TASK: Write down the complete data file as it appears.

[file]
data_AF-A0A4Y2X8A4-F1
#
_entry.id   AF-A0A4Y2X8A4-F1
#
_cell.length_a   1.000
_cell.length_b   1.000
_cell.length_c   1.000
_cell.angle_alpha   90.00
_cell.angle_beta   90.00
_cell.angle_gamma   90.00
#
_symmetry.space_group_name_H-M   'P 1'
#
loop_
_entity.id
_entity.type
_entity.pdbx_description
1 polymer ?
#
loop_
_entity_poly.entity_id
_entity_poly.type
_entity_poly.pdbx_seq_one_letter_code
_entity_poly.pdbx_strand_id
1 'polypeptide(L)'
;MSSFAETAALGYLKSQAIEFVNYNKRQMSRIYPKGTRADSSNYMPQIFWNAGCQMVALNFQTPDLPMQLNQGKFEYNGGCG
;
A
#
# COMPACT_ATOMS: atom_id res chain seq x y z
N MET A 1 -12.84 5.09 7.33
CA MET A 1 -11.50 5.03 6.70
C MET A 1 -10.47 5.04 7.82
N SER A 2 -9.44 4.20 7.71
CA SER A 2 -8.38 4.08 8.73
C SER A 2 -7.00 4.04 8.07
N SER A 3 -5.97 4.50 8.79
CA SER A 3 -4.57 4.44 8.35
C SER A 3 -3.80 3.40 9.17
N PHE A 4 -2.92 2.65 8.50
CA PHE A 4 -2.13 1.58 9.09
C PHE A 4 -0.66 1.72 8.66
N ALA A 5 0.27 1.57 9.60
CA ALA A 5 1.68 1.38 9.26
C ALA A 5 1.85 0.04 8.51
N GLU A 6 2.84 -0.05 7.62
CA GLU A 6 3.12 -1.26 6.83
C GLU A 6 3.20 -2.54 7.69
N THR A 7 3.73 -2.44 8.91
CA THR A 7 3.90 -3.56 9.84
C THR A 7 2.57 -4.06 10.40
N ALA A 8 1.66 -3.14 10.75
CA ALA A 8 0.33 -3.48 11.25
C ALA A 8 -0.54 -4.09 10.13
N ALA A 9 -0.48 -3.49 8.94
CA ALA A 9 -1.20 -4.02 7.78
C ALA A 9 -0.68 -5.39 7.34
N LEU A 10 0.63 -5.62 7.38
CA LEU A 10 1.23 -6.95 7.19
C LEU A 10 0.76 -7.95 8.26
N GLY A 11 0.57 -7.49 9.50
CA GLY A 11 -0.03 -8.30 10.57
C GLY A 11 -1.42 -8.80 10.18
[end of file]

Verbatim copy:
data_AF-A0A4Y2X8A4-F1
#
_entry.id   AF-A0A4Y2X8A4-F1
#
_cell.length_a   1.000
_cell.length_b   1.000
_cell.length_c   1.000
_cell.angle_alpha   90.00
_cell.angle_beta   90.00
_cell.angle_gamma   90.00
#
_symmetry.space_group_name_H-M   'P 1'
#
loop_
_entity.id
_entity.type
_entity.pdbx_description
1 polymer ?
#
loop_
_entity_poly.entity_id
_entity_poly.type
_entity_poly.pdbx_seq_one_letter_code
_entity_poly.pdbx_strand_id
1 'polypeptide(L)'
;MSSFAETAALGYLKSQAIEFVNYNKRQMSRIYPKGTRADSSNYMPQIFWNAGCQMVALNFQTPDLPMQLNQGKFEYNGGCG
;
A
#
# COMPACT_ATOMS: atom_id res chain seq x y z
N MET A 1 -12.84 5.09 7.33
CA MET A 1 -11.50 5.03 6.70
C MET A 1 -10.47 5.04 7.82
N SER A 2 -9.44 4.20 7.71
CA SER A 2 -8.38 4.08 8.73
C SER A 2 -7.00 4.04 8.07
N SER A 3 -5.97 4.50 8.79
CA SER A 3 -4.57 4.44 8.35
C SER A 3 -3.80 3.40 9.17
N PHE A 4 -2.92 2.65 8.50
CA PHE A 4 -2.13 1.58 9.09
C PHE A 4 -0.66 1.72 8.66
N ALA A 5 0.27 1.57 9.60
CA ALA A 5 1.68 1.38 9.26
C ALA A 5 1.85 0.04 8.51
N GLU A 6 2.84 -0.05 7.62
CA GLU A 6 3.12 -1.26 6.83
C GLU A 6 3.20 -2.54 7.69
N THR A 7 3.73 -2.44 8.91
CA THR A 7 3.90 -3.56 9.84
C THR A 7 2.57 -4.06 10.40
N ALA A 8 1.66 -3.14 10.75
CA ALA A 8 0.33 -3.48 11.25
C ALA A 8 -0.54 -4.09 10.13
N ALA A 9 -0.48 -3.49 8.94
CA ALA A 9 -1.20 -4.02 7.78
C ALA A 9 -0.68 -5.39 7.34
N LEU A 10 0.63 -5.62 7.38
CA LEU A 10 1.23 -6.95 7.19
C LEU A 10 0.76 -7.95 8.26
N GLY A 11 0.57 -7.49 9.50
CA GLY A 11 -0.03 -8.30 10.57
C GLY A 11 -1.42 -8.80 10.18